Tip-Toeing towards Conversations about Death

In the article “Tip-Toeing towards Conversations about Death”, one thing that stood out to me was when the writer states “the hope is that when a doctor hands a patient a pamphlet, it may start a conversation.”  Hoping to start a conversation using a pamphlet sounds a bit insensitive and I can only wonder what the pamphlet contains. We shouldn’t have to rely on a piece of paper to convey the emotions when should emit when speaking to a person about dying.

If emotions and empathy are characteristics that deem us human, why is it so hard for us to use emotions and empathy when approaching death?

Patient Care in the ICU

In Zussman’s article, “The Patient in the Intensive Care Unit”, he explains how patient’s are losing their autonomy and personhood in the ICU. Doctors in the ICU are not aiming to solve external and underlying problems of the patient’s disease or illness. The doctors in the ICU overwhelming are starting to lose their empathy towards their patients as there are many people coming in and out constantly. But, is it the doctors fault that they are not merely concern about “patient care and feelings” as their job is to save and preserve the life of their patients? There are only a certain amount of physicians within an ICU and they have to treat everyone in a small time period or it could be costly to one’s health. Others may argue that the patients autonomy and feelings should be a big part of their experience in the ICU. But does patient autonomy matter when it involves life or death? Is the patient being selfish for asking more out of the doctors time as they may be risking the life of another person in the ICU?

Would Emotional Labor be detrimental to both the doctors and patients?

As we talked about last week in lecture, emotional labor is when you show emotion even though you may not feel the same emotion you are expressing, to provide the patient or the person who you are showing that emotion to with some relief that you care. Wouldn’t this non-genuine emotion take a toll on the doctor though? The doctor, who has to deal with many stresses and pressures, would now have to make an active effort to show a fake emotion when they are really just tired of everything. By essentially faking an emotion and not showing actual empathy, the doctor would possibly wear themselves out and in the process indirectly affect the patient by the tiredness or stress they could hear in the doctors voice. If the doctor can’t express actual sympathy for a patient and has to keep an image in order to make the patient satisfied, is that person really fit to be a doctor?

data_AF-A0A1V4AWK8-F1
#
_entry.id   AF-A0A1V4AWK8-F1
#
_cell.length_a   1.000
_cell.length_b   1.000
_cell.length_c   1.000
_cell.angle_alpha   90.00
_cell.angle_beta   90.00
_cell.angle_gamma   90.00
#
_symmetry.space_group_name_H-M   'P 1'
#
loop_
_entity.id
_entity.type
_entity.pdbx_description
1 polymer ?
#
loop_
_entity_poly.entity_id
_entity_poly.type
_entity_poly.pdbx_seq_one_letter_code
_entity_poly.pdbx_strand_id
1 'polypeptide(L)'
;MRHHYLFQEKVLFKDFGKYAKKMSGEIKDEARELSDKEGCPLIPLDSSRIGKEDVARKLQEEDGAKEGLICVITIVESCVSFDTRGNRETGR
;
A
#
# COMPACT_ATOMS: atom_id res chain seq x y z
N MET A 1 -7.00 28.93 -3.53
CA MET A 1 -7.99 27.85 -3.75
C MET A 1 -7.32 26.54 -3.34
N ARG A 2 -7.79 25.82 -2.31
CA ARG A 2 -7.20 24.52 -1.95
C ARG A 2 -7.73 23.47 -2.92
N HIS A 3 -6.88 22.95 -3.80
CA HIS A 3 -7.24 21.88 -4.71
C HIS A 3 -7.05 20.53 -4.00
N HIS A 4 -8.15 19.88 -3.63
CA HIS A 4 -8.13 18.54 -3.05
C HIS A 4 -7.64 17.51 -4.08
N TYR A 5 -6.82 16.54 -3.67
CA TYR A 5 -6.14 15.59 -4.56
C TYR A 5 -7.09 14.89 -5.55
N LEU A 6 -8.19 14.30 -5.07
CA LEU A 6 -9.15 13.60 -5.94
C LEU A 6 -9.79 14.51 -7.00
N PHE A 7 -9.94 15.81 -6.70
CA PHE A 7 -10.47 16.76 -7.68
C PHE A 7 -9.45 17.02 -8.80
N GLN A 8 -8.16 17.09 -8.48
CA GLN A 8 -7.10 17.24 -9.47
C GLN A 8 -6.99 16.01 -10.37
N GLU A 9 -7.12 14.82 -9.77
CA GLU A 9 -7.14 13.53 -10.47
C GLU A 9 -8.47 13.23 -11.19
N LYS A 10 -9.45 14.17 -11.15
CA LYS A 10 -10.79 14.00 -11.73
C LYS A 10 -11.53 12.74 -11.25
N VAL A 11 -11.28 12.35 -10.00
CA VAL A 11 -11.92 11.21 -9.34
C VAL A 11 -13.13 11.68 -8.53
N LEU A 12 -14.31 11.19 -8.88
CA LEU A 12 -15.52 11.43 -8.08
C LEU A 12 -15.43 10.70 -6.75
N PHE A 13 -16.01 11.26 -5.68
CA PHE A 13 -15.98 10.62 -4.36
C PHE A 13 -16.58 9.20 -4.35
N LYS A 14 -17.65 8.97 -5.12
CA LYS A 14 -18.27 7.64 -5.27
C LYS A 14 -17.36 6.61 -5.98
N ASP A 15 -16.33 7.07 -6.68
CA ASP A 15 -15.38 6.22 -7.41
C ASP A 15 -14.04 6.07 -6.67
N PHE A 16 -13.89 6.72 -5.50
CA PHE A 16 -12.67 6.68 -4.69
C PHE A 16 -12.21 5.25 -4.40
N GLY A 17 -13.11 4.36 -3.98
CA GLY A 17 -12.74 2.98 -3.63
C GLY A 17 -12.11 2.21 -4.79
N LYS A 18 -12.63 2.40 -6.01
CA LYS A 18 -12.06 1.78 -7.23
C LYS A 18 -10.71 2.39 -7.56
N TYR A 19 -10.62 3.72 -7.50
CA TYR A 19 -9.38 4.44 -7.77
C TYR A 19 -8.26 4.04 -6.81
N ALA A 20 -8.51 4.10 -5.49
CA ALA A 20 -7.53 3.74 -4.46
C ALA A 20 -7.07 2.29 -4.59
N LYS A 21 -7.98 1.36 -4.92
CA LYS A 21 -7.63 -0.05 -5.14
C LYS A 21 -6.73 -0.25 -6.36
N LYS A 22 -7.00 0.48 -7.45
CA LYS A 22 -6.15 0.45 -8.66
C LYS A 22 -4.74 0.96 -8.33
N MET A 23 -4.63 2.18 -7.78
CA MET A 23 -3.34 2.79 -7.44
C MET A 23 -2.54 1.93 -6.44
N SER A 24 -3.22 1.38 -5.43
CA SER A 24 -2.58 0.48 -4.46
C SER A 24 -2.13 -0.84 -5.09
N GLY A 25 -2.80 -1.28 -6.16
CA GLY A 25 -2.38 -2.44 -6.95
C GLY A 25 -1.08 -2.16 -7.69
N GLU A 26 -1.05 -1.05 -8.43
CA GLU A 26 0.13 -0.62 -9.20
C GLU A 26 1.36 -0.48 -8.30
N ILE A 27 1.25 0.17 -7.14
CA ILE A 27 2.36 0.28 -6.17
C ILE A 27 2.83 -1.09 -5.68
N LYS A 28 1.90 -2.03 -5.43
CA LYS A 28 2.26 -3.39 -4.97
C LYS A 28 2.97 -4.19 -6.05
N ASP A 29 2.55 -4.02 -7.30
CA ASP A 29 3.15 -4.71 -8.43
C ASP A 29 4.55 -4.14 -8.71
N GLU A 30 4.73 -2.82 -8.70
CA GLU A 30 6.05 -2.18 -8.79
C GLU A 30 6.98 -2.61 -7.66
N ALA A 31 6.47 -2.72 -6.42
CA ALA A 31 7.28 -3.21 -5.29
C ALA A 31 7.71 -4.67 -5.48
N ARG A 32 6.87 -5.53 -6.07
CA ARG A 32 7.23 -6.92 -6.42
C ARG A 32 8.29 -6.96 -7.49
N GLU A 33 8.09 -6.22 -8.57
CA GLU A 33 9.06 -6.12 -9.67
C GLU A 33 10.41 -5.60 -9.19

Process Reflection 2

As we progress into the second midterm, I think back to the first section and can conclude that the second half was definitely more interesting and insightful than the first. In the first section, the professor went over a lot of fundamental debates and keypoints of healthcare and gave an sociological overview of healthcare in the United States. We discussed many problems with it compared to other countries in the world, and came up with potential solutions that we as health care providers and sociologists can do in the future. In the second half of the course, we were really able to delve into details about what medical professionals face on a day to day basis and see the forces that come into play when doctors see their patients. Continue reading “Process Reflection 2”

Emotions In Medicine

In Allen Smith’s article, “Managing Emotions in Medical School”, the topic of the physician-patient relationship is discussed. Smith focuses on the conflicting emotions that students in medical schools must wrestle with. For example, students in the article expressed feelings of embarrassment and attraction towards some of their patients.

Obviously, maintaining a professional relationship is essential for the physician to do when interacting with his/her patients. However, to what degree should Goffman’s theory of dramaturgy be followed? Should the physician fully objectify his/her patient through following the “script” that is deemed appropriate by the medical society? Is it possible that the roles that the physician and patient are expected to play actually hinder the quality of treatment the patient’s receive?